As with composing dialogue, the key is to listen closely to how people actually talk. Once you have identified the nuances and specific characteristics of the target voice, you have the building blocks for your speech. Sara’s experience tells her that “it’s important to listen to the speech rhythms of someone you write for.” This not only identifies the voice’s natural intonation but also the suitable speech techniques. For example, Sara recommends asking yourself: Is the speaker “naturally emphatic, like Margaret Thatcher, whose earnest vocal inflections made her speeches play well to a gangsta rap backing-track but also made her sound ponderous when telling a joke? Do they, like Tony Blair, make 'conversational’ exchanges sound convincingly informal, but have difficulty finishing off their speeches succinctly? You need to play to their strengths and avoid sentences that will expose their weaknesses.” Once you identify the specific techniques that will flatter the target voice, you have arrived at the blueprint of the speech you want to write.
Like dialogue in fiction, speechwriting can guide your audience through an engaging narrative simply by exposing the reality of the human voice. Sara notes that “we read as individuals, but we hear a speech collectively.” A speechwriter is therefore faced with the task of reaching an immensely wide range of people through the spoken word. Using the voice’s strengths and suitable figures of speech renders complex concepts audible and accessible to the general public. This demonstrates the impactful nature of simplification and showing no more than what is actually there.
Writing Scripts for the Audio Format (nonfiction)
For the longest time, I had been an outdoor “roving reporter,” making radio reports and interviews on just about everything. In 2017, I made the leap to an in-studio host, presenting more fulsome features and full episodes. This meant finding a unique focus. I launched a show covering the under-reported side of Brexit: the 27 other countries that will inevitably be affected by it. Given my background in European Studies (“Euro Studs”) and the current interest in the EU, it seemed rude not to.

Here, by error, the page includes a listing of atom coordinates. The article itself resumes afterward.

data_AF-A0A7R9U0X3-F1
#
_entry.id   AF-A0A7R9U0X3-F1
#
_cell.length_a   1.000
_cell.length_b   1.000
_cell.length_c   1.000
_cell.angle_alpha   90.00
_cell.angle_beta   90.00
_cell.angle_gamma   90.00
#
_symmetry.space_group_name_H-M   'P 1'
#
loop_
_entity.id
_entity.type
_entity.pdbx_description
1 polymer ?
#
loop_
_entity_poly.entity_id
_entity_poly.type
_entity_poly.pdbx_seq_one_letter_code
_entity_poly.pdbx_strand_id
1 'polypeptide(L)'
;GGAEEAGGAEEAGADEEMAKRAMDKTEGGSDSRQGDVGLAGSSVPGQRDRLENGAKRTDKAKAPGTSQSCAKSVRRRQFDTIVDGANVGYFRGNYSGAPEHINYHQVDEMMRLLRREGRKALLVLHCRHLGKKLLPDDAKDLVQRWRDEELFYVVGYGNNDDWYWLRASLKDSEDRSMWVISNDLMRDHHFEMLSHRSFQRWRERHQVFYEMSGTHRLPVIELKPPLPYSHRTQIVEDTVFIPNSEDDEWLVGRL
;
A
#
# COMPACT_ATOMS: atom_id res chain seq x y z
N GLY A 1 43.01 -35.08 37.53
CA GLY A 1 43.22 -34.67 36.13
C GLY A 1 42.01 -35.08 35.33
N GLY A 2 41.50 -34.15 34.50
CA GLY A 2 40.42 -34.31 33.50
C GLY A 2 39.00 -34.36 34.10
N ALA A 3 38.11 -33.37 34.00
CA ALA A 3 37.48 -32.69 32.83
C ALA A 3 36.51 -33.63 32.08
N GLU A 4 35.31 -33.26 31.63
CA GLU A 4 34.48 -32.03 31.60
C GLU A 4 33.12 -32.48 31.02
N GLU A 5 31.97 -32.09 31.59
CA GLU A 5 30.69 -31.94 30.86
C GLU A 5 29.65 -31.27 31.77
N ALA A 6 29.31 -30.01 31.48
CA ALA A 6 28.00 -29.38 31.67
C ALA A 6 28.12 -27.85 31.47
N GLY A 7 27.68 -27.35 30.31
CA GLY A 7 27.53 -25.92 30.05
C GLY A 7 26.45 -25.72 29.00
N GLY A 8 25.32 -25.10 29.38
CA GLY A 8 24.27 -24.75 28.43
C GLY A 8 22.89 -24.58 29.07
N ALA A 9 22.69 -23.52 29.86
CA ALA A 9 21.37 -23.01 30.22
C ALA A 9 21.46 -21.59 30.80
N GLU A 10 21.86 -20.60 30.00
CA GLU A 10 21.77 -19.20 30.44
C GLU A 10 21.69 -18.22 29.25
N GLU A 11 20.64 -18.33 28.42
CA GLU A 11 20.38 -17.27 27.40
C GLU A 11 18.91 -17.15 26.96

While you may well hear broadcast correspondents and in-studio presenters mentioned in the same breath, their aims and approaches are entirely different. In a fast-paced interview, you converse unplanned; but in an episode or documentary, the speaker informs, educates, and explains something within their field of expertise. The external reporter’s speech is spontaneously determined by the interviewee’s answers, but that of the in-studio counterpart follows a logical thread. My first episode of What They Don’t Tell You About the EU focused on Wales and Brexit and took me a full week to script; I have never known a writer’s block like it. After listening back, I edited the script and re-recorded. It took me from August to January to get the first episode from script to air. Here’s what I wish I had known.